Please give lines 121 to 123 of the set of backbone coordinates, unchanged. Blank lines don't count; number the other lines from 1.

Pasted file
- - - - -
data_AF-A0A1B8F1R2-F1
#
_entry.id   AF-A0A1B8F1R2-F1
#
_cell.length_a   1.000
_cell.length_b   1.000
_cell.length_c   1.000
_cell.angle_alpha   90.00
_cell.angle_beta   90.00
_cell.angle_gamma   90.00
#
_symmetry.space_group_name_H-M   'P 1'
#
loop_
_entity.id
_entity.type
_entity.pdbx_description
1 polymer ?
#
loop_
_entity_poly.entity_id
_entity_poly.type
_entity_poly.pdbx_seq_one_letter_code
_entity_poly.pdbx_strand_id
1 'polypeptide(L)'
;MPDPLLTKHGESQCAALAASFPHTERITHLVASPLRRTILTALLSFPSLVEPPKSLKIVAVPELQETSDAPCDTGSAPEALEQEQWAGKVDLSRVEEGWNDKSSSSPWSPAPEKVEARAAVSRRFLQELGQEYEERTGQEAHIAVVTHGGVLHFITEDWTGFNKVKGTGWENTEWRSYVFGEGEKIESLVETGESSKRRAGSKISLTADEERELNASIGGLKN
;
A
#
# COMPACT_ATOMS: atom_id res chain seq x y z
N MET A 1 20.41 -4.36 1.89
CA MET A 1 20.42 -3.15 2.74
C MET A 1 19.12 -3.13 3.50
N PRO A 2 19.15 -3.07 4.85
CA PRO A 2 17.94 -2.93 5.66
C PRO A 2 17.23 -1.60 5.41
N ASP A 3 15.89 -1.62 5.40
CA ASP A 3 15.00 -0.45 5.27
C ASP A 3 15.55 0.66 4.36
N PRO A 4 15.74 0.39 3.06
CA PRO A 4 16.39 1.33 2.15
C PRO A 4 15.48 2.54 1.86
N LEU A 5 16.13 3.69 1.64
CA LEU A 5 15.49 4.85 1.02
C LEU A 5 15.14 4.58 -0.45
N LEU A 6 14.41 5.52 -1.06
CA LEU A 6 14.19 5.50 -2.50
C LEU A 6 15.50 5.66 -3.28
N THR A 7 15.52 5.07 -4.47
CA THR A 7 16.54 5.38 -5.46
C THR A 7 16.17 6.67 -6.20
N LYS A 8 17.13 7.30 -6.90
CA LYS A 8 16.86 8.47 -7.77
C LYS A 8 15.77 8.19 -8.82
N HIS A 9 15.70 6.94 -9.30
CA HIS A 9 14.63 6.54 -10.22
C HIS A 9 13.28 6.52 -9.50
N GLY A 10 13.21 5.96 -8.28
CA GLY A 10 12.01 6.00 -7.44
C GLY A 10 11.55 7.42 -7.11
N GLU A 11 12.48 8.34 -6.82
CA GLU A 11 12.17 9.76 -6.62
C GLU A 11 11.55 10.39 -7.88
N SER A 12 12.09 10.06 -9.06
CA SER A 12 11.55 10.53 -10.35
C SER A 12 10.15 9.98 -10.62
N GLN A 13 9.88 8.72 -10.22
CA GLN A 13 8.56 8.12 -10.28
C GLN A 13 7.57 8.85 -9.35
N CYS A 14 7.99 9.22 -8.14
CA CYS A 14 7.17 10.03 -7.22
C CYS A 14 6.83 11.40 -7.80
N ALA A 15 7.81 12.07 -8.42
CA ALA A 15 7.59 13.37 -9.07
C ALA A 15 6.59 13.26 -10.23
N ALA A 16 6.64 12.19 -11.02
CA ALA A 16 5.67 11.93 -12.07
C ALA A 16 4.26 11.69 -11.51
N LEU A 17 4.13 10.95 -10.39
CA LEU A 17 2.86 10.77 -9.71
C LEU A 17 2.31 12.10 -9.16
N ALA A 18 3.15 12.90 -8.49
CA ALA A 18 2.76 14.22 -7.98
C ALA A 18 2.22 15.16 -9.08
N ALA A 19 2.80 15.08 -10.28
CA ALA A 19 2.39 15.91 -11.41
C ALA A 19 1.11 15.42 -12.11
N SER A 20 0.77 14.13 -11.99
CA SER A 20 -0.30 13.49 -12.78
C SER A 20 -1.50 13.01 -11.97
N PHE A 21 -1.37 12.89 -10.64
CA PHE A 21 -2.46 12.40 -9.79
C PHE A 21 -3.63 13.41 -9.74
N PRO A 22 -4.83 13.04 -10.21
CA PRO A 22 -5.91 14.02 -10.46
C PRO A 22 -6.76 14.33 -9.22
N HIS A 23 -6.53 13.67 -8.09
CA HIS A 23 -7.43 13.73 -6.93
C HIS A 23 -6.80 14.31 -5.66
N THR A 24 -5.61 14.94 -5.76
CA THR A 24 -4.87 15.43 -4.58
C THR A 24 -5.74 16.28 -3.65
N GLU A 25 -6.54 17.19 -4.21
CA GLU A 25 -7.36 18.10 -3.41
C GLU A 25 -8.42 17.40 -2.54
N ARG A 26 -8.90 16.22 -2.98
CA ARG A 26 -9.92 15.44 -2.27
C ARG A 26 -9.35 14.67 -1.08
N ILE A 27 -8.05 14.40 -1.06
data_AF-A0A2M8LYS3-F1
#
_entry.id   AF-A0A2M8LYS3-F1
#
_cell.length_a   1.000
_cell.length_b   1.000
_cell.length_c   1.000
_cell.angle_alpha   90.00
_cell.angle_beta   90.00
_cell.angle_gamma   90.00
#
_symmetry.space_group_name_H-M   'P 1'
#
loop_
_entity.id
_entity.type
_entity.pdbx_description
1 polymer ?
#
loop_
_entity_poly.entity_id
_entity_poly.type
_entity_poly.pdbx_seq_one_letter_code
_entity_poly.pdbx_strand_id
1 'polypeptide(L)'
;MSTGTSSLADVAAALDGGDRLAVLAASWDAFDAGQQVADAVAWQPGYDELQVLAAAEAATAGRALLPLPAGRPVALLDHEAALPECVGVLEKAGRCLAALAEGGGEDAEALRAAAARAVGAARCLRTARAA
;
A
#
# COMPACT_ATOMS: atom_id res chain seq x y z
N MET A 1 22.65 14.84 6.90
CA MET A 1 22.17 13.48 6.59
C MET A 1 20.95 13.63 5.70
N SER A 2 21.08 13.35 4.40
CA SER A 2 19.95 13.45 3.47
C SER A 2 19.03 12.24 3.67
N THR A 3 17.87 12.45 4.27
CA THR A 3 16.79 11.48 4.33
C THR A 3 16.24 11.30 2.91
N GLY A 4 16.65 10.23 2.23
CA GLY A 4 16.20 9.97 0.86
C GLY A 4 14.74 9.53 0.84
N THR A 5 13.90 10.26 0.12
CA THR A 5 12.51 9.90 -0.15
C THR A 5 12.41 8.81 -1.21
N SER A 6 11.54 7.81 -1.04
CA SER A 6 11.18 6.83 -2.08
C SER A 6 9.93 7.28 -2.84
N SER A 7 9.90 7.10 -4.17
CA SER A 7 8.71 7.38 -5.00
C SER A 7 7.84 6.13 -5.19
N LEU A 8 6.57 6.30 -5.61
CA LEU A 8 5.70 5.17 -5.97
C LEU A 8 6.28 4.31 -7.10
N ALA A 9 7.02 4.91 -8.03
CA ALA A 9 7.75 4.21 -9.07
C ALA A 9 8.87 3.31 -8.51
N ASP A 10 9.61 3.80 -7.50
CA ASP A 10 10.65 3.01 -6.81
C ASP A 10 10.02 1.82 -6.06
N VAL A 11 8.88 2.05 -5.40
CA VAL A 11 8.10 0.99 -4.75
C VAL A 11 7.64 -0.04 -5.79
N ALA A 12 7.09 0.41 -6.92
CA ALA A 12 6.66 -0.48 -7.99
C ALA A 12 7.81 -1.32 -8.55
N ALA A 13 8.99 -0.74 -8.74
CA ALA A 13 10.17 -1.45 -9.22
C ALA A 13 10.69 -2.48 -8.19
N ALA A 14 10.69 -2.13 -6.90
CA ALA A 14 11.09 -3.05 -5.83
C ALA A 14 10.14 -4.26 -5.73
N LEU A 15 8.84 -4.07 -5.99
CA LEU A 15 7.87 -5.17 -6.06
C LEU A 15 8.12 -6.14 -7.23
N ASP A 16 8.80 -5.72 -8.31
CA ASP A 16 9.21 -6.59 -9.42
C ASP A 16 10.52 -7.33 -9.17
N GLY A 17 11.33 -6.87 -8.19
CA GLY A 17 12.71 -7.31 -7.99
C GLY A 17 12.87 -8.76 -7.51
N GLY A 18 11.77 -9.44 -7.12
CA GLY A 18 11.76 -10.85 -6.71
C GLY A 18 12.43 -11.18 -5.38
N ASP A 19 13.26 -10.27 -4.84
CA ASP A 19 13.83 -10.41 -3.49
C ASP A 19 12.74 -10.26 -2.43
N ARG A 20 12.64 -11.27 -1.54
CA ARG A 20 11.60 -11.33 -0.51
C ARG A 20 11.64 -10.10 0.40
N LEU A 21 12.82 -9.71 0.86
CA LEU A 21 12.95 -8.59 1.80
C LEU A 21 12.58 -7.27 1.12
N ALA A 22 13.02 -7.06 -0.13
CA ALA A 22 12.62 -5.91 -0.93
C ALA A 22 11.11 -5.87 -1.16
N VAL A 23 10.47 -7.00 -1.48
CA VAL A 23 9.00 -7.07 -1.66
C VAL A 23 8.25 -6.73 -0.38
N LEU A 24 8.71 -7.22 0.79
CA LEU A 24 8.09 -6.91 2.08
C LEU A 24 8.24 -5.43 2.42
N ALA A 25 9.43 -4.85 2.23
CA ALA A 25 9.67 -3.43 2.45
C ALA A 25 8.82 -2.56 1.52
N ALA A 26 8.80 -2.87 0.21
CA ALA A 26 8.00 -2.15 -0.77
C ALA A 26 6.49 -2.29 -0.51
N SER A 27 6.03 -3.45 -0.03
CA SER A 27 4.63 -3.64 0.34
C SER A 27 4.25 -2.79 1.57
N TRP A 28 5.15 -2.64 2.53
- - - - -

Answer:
_symmetry.space_group_name_H-M   'P 1'
#
loop_